There’s something raw about blogging and social media. These technological advances make it possible for us to connect our private thoughts to a unbound forum, and it can make one feel vulnerable. I know I feel vulnerable when I share my thoughts, and I’m always relieved and flattered when people find them acceptable and consensus-building takes place.
Yet, why do I care if others find my thoughts acceptable? Why is acceptance the standard by which I judge myself? Shouldn’t I be confident in my own beliefs, attitudes, and values, enough so that if I share them and somebody disagrees (or worse, disapproves) that it won’t crush me, cause guilt, or put me on the defensive?
And yet, that is how I respond (privately) over and over again, to the act of releasing my thoughts into cyberspace.
I keep telling myself that it’s okay for me to have a voice. My thoughts are just as valid as anybody else’s, and they are mine, so of course they belong on MY blog and on MY social media pages. Yet, I worry about offending others. Is it okay for me to give voice to issues that might offend others? Is it okay for me to speak my truths even when I know that they will clash with what others in my circles may find acceptable?
This is an issue of dignity, one that we don’t generally subscribe to in the United States. I heard a discussion of it on NPR several months ago with regard to free speech. We Americans value free speech above most other things. But some other countries, while valuing free speech, have another expectation of not violating another person’s dignity. This means that when we speak, we should also think about how it will affect others. This I do, to a fault. It is nearly driving me crazy. And it causes me to hold myself to what I perceive to be others’ standards, rather than my own standards of truth in thought. It is a conundrum for sure.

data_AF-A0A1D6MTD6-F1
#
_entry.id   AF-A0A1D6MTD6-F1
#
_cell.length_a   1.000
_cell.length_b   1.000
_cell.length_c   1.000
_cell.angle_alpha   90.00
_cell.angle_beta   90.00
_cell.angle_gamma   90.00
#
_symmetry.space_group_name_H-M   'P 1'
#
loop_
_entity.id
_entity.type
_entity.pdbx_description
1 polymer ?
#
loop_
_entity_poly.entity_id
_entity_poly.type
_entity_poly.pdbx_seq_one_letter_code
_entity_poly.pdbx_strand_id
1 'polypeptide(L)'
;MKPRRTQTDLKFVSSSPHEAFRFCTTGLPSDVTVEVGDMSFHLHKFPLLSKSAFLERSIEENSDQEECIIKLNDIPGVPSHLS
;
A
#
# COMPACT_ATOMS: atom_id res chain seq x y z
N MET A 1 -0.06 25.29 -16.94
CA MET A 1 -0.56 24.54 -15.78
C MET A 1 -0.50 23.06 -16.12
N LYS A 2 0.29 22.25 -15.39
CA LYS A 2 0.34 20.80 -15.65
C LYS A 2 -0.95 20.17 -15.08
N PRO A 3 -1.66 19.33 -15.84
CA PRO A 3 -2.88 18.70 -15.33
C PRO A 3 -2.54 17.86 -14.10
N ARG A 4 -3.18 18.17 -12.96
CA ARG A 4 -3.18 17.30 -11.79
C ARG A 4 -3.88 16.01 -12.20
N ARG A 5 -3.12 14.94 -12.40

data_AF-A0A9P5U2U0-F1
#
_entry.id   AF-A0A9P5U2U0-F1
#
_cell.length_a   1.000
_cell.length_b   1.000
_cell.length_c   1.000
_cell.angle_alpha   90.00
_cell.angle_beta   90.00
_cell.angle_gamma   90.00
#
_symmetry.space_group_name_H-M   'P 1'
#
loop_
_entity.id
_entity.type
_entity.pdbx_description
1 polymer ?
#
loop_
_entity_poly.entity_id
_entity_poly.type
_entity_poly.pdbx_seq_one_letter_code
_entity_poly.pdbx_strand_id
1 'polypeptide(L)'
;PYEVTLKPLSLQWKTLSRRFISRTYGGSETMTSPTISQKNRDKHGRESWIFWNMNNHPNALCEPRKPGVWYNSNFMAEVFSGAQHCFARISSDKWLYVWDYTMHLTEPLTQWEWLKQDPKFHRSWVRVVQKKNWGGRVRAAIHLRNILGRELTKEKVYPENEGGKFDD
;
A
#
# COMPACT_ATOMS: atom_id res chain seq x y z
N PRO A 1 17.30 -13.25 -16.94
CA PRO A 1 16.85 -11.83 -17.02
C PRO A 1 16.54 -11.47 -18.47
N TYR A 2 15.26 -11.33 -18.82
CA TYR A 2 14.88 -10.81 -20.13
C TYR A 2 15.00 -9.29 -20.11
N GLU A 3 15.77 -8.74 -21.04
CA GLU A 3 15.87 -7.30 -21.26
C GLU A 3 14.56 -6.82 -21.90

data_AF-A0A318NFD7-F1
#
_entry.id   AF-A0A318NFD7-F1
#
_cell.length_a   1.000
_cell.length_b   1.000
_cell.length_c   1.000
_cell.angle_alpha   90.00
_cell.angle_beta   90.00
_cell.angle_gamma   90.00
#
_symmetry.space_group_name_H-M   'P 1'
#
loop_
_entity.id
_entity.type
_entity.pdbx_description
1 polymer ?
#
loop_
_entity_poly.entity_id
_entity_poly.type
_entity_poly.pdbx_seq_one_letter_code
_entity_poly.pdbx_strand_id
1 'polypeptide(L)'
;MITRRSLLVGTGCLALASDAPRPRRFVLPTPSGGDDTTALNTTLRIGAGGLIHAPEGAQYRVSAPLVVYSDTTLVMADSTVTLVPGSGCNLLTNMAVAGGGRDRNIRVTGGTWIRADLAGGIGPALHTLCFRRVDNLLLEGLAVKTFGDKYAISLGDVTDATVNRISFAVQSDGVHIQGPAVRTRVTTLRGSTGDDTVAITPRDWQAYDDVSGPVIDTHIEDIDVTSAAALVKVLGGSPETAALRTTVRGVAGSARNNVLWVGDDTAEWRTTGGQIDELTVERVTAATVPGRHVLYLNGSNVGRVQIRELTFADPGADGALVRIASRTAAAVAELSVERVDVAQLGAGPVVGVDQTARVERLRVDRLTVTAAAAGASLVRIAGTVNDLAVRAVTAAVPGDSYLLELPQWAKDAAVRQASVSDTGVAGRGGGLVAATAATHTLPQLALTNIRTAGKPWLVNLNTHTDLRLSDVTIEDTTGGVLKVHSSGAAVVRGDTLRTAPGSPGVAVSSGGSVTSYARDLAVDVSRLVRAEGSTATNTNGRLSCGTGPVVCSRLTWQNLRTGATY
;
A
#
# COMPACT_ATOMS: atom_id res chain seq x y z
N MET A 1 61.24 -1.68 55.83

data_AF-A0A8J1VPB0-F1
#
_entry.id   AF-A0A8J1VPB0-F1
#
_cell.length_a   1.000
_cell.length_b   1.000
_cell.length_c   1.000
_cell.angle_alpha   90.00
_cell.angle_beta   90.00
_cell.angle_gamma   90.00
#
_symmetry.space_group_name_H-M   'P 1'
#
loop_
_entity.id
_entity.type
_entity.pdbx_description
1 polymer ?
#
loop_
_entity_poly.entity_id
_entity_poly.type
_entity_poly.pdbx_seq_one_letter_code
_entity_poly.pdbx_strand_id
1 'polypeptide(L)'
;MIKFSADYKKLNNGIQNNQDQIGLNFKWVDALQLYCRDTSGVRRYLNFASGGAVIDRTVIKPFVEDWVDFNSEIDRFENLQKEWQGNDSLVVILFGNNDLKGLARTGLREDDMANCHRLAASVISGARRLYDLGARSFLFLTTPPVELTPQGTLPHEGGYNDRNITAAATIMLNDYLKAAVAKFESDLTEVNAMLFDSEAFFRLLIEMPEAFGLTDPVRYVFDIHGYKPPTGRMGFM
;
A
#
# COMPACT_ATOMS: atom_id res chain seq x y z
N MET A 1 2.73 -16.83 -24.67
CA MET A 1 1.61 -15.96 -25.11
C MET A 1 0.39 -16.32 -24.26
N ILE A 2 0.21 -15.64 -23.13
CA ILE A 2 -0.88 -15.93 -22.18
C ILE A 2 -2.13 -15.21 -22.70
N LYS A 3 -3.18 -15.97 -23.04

I’ve been thinking about this a lot because I have put some ideas here on my blog and on my Facebook page that are controversial in my culture. But even more, I’ve thought about this because I have offended more people than I can count on one hand in the last several months. I, of course, did not have that intent, but it still happened. Am I responsible? Do I need to temper my ideas and thoughts to avoid ruffling feathers? I hinted toward this issue when I posted about Adrienne Rich’s Of Woman Born (1975), which I felt needed a warning. I also posted this preamble on my Facebook page, and several of my friends had great advice.
My friend Josh (who has a memoir coming out in May!) said “Emily, there is zero reason to worry about what offends someone else. Let them fuss and ignore them.”
I feel I need to interject here and say more about Josh’s book, called The World’s Strongest Librarian: A Memoir of Tourette’s, Faith, Strength, and the Power of Family (2013). Although I haven’t read it YET, I recommend it. Josh has Tourette’s Syndrome, is over six feet tall, and loves to read and do strength training. Almost a decade ago, he and I would talk books, swap writing, and workshop our drafts with each other. He’s an amazing writer and I will be featuring a review of his book as soon as I read it. You can visit his blog if you’d like to know more about this remarkable person: World’s Strongest Librarian.
Okay, back to my worries about offending people.
Sylvia said, “He who takes offense when none is intended is a fool; he who takes offense when offense is intended is a bigger fool.”
Heather said, “No matter how well intentioned, you will usually offend someone. Stick to your guns. It’s a great example to your girls.”
Amy said, “Awesome post. And you should never worry about offending others for owning your truth. We have much more potential to inspire when we speak our truth than we have to offend those who choose to be offended.”
Martha said, “offend away! i love reading your perspective. (for the record, you have never offended me, only inspired.)”
I have pretty great, smart, balanced friends, right?
Their ideas are true and nice and wonderful, BUT . . . How do I get rid of the feeling that I’m still somehow responsible? Why is it that when we get offended, we do all we can to make the offender feel as if they are responsible, even when the truth is, that we can choose how we respond? Maybe that’s my answer. Whether I am on the offended or the offensive side, I guess I can choose how I respond.
Does that response include silencing or censuring my thoughts?
How do all of you deal with the vulnerability that comes with posting your thoughts in a public forum?
(Am I too sensitive for blogging?!?) Don’t answer that!